MBA students of The University of Manchester put what have been learnt into practice for the society & charity
With the objective of contributing to society with the professional knowledge learnt from the MBA programme, a team from The University of Manchester was so successful in their fund-raising efforts that they won the top three awards in The MBA Challenge for Operation Santa Claus.
More than just an ethics framework that encourages corporations to act in accordance with the interests of the community, the concept of social responsibility can be extended and applied to individuals. With a sincere hope to pay back the community, students from The University of Manchester joined The MBA Challenge for Operation Santa Claus (OSC) to raise funds for the underprivileged.
Triumph for the needy
The fourth OSC is one of the largest annual fundraising campaigns in the city. It aims to encourage Hong Kong’s best young business brains to raise funds for charity through various channels, including online crowd-funding on the internet platform Fringebacker.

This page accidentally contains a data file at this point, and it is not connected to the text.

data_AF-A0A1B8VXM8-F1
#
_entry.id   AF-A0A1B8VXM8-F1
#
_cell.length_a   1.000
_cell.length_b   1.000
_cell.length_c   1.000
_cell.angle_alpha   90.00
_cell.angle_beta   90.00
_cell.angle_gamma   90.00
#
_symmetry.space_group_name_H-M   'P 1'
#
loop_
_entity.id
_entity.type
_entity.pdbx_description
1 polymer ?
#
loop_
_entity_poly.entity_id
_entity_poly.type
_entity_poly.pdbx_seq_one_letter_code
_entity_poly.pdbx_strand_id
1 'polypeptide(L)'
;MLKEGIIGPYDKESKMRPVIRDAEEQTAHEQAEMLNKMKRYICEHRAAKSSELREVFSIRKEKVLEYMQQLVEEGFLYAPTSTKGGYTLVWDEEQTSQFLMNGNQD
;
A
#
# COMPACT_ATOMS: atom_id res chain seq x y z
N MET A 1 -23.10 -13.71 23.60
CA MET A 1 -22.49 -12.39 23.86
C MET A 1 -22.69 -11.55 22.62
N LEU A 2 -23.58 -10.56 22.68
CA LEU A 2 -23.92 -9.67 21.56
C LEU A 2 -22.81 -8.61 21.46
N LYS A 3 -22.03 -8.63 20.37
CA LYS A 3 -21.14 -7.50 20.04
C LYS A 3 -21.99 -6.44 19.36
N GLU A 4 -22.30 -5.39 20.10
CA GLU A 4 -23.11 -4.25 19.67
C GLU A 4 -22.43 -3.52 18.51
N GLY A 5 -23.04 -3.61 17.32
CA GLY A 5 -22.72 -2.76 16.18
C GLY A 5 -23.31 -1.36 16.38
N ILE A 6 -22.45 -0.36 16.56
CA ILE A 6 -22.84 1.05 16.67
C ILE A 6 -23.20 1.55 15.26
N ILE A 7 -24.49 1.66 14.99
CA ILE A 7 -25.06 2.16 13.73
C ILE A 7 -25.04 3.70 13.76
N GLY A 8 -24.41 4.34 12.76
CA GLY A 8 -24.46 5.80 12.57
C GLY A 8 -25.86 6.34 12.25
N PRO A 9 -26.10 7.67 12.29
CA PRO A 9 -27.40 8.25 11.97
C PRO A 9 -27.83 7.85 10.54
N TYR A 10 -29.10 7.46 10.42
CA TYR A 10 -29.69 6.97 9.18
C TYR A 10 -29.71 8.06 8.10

The Ginger Heart team from The University of Manchester emerged with flying colours, raising HK$280,000 – a sum more than any of their friendly rivals from other top business local schools, such as HKUST, offering MBA programmes – for the needy in the community. In the process, the team won all the top three honours of the “Top Fundraiser Award”, the “Fringebacker Outstanding Online Fundraiser Award” and the “Best Santa in Community Contribution”.
Applying professional knowledge learnt
The Ginger Heart team came up with a plan that addressed the brand-building needs of the donating companies, as well as strategies to attract donations from the public at large. Making use of the practical knowledge and lobbying skills they learnt from the MBA programme, the team managed to rally the support from numerous brands and made up Christmas gift packages which contained baked goods, luxury toiletries and shopping mall vouchers.